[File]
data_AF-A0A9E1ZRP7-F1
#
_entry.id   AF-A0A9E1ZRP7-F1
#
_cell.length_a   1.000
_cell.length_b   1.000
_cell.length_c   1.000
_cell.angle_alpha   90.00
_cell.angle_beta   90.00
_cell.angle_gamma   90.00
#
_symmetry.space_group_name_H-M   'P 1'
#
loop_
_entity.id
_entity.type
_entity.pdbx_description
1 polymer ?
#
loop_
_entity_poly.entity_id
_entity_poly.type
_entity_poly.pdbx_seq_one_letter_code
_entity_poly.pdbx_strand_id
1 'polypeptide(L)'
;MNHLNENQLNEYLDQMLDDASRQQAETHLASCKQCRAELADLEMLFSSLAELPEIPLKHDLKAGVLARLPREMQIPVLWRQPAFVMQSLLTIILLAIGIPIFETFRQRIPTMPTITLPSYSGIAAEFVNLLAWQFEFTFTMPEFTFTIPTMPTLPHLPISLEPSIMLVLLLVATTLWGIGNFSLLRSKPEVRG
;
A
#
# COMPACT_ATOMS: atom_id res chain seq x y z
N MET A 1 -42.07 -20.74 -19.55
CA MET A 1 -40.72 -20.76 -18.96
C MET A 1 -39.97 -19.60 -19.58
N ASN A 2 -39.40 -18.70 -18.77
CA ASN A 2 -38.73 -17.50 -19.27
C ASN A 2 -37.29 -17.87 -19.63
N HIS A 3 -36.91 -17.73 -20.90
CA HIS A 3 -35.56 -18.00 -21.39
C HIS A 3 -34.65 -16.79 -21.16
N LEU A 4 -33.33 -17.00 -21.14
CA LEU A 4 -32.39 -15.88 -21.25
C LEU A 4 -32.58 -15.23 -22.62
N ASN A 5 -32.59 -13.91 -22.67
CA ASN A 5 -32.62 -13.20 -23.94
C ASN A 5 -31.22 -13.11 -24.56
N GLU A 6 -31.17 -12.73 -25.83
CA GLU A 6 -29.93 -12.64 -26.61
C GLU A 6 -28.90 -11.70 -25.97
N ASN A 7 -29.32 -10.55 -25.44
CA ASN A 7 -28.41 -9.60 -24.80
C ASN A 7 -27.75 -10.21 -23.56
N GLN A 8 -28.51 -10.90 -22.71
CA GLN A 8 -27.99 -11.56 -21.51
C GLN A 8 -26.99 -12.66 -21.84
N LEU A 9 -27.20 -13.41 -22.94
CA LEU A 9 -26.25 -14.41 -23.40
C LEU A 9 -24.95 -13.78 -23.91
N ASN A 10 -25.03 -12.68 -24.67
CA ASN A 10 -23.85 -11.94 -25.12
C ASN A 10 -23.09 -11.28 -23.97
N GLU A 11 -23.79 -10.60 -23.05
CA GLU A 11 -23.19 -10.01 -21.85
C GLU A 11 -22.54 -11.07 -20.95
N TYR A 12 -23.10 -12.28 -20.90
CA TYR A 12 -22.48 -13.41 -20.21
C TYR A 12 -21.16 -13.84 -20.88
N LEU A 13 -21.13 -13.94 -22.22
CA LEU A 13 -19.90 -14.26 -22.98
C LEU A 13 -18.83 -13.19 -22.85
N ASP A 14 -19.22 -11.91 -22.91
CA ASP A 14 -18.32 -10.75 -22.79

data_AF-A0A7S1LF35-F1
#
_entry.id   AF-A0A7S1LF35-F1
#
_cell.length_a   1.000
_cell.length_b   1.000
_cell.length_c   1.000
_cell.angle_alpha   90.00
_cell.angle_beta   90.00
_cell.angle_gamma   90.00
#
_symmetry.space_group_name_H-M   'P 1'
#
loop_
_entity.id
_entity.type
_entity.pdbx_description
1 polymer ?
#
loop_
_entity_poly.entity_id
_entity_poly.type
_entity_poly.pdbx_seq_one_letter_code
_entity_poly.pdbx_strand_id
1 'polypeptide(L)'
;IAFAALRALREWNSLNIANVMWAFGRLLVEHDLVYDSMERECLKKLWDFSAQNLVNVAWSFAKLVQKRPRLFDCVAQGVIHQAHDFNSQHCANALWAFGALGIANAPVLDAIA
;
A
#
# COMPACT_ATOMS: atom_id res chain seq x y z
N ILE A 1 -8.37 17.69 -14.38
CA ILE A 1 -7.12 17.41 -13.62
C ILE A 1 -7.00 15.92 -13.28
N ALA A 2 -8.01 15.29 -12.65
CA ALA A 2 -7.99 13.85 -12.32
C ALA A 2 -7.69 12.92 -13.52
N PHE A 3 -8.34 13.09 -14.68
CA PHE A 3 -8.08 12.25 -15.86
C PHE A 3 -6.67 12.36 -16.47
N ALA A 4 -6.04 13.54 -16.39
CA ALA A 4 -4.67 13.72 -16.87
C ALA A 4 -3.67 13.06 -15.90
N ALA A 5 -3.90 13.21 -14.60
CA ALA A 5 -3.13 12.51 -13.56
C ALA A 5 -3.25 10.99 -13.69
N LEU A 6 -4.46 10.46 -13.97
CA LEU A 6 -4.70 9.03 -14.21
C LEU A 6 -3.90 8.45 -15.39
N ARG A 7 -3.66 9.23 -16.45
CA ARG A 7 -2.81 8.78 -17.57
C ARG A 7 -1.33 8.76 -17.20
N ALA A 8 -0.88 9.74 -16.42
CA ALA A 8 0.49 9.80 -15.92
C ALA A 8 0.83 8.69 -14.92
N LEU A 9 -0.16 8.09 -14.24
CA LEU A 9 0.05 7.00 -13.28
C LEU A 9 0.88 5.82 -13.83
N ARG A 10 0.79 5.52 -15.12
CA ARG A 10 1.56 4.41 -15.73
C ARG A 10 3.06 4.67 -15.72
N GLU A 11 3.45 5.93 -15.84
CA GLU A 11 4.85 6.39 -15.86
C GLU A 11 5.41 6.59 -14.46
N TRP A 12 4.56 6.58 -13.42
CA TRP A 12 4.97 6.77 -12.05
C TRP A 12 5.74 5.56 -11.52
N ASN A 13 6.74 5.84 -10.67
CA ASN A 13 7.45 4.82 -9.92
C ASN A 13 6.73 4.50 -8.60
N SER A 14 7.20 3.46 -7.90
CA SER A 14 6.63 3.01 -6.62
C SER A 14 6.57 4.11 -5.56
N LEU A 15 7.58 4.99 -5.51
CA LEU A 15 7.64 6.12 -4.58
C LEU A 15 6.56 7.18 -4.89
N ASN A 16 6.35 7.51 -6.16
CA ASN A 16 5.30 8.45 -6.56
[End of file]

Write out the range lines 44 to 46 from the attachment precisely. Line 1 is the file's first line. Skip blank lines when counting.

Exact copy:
CA ASN A 5 -32.62 -13.20 -23.94
C ASN A 5 -31.22 -13.11 -24.56
N GLU A 6 -31.17 -12.73 -25.83